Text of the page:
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Specific microbiome-dependent mechanisms underlie the energy harvest efficiency of ruminants
Year:
2016
Source of publication :
ISME Journal
Authors :
Doron-Faigenboim, Adi
;
.
Volume :
10
Co-Authors:
Kruger Ben Shabat, S., Department of Life Sciences, National Institute for Biotechnology in the Negev, Ben-Gurion University of the Negev, PO Box 653, Beer-Sheva, Israel, Department of Ruminant Science, Institute of Animal Sciences, Agricultural Research Organization, Volcani Center, Bet Dagan, Israel, Department of Molecular Microbiology and Biotechnology, George S. Wise Faculty of Life Science, Tel Aviv University, Ramat-Aviv, Israel
Sasson, G., Department of Life Sciences, National Institute for Biotechnology in the Negev, Ben-Gurion University of the Negev, PO Box 653, Beer-Sheva, Israel
Doron-Faigenboim, A., Department of Ruminant Science, Institute of Animal Sciences, Agricultural Research Organization, Volcani Center, Bet Dagan, Israel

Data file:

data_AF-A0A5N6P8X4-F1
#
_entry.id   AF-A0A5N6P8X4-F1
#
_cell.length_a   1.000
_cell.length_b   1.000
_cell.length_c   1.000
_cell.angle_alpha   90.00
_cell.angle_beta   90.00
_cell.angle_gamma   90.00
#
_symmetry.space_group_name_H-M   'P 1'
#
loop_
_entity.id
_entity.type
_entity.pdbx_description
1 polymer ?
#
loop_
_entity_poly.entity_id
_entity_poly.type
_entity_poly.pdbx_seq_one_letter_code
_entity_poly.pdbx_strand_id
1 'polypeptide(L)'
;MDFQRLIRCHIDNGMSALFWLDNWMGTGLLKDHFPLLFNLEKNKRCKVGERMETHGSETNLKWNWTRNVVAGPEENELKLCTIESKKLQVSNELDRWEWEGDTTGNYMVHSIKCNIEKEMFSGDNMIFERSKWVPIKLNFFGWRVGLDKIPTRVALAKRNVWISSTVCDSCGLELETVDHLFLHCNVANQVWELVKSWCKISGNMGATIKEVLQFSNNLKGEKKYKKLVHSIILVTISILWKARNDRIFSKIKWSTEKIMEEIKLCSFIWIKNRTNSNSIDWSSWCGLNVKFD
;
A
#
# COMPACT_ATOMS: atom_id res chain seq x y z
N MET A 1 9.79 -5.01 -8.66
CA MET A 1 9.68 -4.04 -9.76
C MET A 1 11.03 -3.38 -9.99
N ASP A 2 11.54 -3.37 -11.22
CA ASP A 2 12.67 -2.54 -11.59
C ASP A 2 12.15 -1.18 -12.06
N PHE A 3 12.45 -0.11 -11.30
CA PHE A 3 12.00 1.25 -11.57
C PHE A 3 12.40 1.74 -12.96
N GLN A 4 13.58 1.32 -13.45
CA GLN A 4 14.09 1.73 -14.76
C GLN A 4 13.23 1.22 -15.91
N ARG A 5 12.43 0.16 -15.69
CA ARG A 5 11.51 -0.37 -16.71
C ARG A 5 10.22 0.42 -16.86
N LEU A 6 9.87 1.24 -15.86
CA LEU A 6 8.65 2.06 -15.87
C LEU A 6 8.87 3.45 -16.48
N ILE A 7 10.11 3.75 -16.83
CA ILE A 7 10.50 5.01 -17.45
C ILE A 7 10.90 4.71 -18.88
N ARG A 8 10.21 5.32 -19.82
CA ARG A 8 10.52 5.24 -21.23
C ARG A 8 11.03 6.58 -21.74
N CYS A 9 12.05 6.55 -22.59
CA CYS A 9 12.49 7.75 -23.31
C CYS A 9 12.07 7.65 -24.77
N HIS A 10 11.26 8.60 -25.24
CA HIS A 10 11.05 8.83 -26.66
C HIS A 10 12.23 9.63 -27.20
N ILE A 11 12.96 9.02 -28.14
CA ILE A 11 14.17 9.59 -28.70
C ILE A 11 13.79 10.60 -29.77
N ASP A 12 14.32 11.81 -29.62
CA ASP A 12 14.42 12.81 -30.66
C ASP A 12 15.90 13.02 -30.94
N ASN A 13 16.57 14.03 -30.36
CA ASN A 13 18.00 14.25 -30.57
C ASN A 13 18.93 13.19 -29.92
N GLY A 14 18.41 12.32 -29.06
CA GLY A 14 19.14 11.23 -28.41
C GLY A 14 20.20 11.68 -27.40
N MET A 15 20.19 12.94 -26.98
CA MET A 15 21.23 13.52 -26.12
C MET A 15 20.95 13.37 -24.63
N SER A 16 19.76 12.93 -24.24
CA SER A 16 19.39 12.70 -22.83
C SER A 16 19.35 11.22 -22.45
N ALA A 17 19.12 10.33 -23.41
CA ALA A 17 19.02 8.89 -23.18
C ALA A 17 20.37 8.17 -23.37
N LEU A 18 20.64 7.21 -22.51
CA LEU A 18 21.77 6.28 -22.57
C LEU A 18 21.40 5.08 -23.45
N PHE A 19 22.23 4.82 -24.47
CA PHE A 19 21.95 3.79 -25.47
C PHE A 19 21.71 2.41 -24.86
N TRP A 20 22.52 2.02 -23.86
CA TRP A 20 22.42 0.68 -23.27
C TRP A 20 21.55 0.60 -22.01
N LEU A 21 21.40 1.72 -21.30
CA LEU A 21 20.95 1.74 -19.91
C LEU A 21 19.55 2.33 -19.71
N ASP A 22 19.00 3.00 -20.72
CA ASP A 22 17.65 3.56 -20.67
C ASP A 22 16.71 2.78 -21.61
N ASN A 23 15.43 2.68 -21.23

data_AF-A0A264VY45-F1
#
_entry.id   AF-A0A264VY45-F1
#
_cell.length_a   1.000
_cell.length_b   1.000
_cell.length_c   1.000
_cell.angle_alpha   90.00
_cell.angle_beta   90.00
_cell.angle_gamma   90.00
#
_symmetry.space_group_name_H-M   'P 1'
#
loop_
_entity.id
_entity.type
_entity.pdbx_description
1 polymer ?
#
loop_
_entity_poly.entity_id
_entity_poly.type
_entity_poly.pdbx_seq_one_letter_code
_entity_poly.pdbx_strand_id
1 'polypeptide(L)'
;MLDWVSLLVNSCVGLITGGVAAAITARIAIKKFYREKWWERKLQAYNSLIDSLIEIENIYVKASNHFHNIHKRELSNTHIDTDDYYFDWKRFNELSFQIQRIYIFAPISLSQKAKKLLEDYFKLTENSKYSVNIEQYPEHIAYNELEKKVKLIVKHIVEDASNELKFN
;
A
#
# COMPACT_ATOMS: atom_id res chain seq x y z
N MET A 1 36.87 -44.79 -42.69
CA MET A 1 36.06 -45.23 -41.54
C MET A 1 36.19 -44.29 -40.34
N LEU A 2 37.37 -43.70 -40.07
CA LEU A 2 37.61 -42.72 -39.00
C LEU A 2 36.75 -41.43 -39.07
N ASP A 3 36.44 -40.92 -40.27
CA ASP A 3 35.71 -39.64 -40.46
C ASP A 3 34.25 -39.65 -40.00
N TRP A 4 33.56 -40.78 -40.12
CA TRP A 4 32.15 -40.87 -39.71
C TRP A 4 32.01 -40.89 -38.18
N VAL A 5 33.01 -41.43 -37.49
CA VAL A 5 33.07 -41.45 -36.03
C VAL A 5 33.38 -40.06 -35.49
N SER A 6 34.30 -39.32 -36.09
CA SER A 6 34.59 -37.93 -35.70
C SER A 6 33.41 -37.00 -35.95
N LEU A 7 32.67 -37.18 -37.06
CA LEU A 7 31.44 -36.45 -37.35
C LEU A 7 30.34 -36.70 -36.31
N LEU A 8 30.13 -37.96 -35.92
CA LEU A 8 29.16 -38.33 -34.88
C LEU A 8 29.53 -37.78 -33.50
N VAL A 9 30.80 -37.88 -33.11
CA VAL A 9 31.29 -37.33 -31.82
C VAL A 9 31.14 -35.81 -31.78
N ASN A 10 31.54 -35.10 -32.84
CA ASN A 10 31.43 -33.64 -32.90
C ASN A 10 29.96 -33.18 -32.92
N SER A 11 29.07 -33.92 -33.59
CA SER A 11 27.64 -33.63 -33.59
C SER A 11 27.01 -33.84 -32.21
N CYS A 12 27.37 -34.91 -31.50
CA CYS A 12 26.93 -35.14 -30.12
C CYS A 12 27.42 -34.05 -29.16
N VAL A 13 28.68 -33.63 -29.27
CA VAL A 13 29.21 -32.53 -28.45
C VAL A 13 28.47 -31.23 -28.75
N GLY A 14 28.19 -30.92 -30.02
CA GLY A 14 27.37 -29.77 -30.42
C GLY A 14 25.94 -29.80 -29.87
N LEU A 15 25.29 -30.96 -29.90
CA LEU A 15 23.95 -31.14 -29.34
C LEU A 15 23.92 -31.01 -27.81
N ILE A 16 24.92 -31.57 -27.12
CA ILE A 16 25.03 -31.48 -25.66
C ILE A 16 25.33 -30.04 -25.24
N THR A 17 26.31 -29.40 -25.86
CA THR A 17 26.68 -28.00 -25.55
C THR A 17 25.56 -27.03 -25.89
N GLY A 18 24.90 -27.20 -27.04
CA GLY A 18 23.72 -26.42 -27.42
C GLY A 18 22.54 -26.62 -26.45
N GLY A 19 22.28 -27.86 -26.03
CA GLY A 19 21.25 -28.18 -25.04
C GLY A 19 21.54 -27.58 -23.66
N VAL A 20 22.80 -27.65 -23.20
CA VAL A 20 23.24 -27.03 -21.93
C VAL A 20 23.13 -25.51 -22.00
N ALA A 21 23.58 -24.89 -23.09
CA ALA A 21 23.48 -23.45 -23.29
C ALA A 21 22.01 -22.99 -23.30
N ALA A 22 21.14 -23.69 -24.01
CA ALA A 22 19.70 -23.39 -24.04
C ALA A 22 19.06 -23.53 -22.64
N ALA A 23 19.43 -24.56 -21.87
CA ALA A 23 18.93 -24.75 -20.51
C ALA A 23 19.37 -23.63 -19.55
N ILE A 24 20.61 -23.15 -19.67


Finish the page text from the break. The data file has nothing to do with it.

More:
Durman, T., Department of Life Sciences, National Institute for Biotechnology in the Negev, Ben-Gurion University of the Negev, PO Box 653, Beer-Sheva, Israel
Yaacoby, S., Department of Ruminant Science, Institute of Animal Sciences, Agricultural Research Organization, Volcani Center, Bet Dagan, Israel
Berg Miller, M.E., Department of Animal Sciences, University of Illinois, Urbana, IL, United States, Institute for Genomic Biology, University of Illinois, Urbana, IL, United States
White, B.A., Department of Animal Sciences, University of Illinois, Urbana, IL, United States, Institute for Genomic Biology, University of Illinois, Urbana, IL, United States
Shterzer, N., Department of Life Sciences, National Institute for Biotechnology in the Negev, Ben-Gurion University of the Negev, PO Box 653, Beer-Sheva, Israel
Mizrahi, I., Department of Life Sciences, National Institute for Biotechnology in the Negev, Ben-Gurion University of the Negev, PO Box 653, Beer-Sheva, Israel
Facilitators :
From page:
2958
To page:
2972
(
Total pages:
15
)
Abstract: